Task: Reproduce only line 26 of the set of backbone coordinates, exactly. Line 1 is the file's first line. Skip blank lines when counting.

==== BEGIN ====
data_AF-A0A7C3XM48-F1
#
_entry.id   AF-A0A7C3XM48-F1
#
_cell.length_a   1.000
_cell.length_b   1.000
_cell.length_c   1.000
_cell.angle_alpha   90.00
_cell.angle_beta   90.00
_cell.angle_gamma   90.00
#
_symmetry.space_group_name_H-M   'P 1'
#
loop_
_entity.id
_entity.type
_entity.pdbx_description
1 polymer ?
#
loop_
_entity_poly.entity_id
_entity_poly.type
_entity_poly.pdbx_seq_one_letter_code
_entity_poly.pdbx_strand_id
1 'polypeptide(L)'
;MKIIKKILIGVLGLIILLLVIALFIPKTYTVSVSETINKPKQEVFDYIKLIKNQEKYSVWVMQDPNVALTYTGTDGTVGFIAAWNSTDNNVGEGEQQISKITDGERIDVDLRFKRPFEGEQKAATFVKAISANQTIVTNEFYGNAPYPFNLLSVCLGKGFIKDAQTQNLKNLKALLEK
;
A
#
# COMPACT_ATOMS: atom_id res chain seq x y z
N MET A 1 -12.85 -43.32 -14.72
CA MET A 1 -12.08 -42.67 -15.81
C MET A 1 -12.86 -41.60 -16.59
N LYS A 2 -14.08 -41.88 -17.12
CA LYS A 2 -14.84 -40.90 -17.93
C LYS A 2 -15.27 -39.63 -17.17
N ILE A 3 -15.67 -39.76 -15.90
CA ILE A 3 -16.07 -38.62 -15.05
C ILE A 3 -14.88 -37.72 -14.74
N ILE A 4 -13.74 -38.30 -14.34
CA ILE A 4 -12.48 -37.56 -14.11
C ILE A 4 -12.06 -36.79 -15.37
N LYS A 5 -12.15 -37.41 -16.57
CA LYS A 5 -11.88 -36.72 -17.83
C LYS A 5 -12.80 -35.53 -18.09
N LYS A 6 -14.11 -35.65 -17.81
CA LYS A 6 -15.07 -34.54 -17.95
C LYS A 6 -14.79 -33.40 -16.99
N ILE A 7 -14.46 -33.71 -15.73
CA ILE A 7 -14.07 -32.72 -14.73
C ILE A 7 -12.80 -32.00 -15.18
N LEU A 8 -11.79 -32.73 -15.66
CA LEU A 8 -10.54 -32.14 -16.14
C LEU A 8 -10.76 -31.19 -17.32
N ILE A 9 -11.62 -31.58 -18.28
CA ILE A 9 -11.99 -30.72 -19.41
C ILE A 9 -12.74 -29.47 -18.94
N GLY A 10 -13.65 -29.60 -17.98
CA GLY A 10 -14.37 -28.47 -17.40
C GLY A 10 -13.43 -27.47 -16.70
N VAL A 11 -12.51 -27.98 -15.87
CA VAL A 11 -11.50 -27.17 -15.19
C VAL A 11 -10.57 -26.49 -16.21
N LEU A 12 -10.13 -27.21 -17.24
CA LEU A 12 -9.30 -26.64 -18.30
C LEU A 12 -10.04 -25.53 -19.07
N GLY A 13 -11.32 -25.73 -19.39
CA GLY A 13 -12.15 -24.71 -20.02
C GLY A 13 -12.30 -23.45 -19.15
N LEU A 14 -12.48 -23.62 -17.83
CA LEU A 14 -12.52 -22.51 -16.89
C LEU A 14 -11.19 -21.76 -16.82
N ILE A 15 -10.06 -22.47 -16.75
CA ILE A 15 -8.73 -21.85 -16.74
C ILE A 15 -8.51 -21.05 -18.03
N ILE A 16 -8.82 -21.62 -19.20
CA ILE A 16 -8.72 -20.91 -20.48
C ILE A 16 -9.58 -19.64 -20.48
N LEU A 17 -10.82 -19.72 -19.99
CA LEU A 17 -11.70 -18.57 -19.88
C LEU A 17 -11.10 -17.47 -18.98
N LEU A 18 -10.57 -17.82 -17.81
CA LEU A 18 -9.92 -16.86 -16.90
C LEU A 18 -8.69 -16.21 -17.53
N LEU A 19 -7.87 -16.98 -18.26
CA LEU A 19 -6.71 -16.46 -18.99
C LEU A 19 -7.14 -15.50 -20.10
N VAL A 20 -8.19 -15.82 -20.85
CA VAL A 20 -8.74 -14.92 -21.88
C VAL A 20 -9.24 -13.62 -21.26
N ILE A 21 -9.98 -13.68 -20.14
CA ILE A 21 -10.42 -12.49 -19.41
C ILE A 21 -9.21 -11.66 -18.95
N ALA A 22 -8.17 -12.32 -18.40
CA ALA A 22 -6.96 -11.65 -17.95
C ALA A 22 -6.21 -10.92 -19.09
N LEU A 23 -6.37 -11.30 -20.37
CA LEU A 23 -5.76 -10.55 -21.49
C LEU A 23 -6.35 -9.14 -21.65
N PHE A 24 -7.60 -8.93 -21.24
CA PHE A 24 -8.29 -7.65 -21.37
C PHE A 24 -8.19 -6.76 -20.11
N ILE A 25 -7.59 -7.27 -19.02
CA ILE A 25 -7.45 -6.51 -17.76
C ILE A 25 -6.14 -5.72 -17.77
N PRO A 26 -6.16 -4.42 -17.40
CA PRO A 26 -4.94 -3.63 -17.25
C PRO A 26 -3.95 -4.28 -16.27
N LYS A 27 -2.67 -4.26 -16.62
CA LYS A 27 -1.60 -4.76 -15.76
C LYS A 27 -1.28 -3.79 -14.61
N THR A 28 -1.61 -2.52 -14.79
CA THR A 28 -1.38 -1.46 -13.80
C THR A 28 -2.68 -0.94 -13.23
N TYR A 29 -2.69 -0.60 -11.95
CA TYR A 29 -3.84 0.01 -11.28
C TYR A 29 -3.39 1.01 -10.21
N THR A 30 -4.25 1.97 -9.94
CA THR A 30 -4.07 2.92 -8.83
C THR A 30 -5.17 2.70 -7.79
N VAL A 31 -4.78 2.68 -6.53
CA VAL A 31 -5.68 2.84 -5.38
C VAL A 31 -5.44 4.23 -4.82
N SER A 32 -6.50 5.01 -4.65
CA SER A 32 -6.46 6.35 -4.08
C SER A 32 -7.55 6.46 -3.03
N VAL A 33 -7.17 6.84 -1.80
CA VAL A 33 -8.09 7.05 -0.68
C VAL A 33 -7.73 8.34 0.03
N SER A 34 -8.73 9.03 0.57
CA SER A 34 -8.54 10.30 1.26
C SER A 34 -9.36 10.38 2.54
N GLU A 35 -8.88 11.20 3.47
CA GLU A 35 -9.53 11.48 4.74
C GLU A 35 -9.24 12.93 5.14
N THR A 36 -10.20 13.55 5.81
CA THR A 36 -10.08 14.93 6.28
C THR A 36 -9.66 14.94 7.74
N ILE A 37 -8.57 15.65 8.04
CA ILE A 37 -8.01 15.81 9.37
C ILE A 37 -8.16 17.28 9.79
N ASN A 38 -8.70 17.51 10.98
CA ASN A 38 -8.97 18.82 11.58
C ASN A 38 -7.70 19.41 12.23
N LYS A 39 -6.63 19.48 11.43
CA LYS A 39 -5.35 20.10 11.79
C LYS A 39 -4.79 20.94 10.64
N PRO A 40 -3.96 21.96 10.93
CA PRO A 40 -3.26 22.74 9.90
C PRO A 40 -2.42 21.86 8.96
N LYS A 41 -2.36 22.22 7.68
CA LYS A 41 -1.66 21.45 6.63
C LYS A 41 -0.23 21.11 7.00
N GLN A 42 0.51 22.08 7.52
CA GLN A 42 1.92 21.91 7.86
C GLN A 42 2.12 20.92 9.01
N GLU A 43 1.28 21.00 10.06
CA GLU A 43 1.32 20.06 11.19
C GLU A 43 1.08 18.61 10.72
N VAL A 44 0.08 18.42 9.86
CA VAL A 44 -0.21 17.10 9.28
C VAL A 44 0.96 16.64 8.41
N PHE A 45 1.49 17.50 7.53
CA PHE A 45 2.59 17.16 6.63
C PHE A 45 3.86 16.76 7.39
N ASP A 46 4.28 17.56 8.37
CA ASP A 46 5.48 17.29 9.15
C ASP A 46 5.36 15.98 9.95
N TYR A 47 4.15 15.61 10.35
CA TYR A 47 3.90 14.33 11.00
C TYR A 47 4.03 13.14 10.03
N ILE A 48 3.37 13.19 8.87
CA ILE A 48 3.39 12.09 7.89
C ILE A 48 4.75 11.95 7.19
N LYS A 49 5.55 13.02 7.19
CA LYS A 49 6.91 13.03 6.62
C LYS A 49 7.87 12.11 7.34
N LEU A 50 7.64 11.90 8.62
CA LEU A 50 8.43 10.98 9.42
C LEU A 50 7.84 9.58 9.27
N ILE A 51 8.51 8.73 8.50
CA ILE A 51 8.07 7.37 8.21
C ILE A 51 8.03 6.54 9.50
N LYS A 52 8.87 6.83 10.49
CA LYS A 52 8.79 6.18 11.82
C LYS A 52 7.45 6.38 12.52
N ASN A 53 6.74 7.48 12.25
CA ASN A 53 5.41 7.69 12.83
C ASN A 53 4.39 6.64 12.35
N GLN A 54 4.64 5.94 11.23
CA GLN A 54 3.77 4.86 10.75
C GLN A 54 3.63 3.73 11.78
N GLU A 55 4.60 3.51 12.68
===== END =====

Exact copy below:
;MKIIKKILIGVLGLIILLLVIALFIPKTYTVSVSETINKPKQEVFDYIKLIKNQEKYSVWVMQDPNVALTYTGTDGTVGFIAAWNSTDNNVGEGEQQISKITDGERIDVDLRFKRPFEGEQKAATFVKAISANQTIVTNEFYGNAPYPFNLLSVCLGKGFIKDAQTQNLKNLKALLEK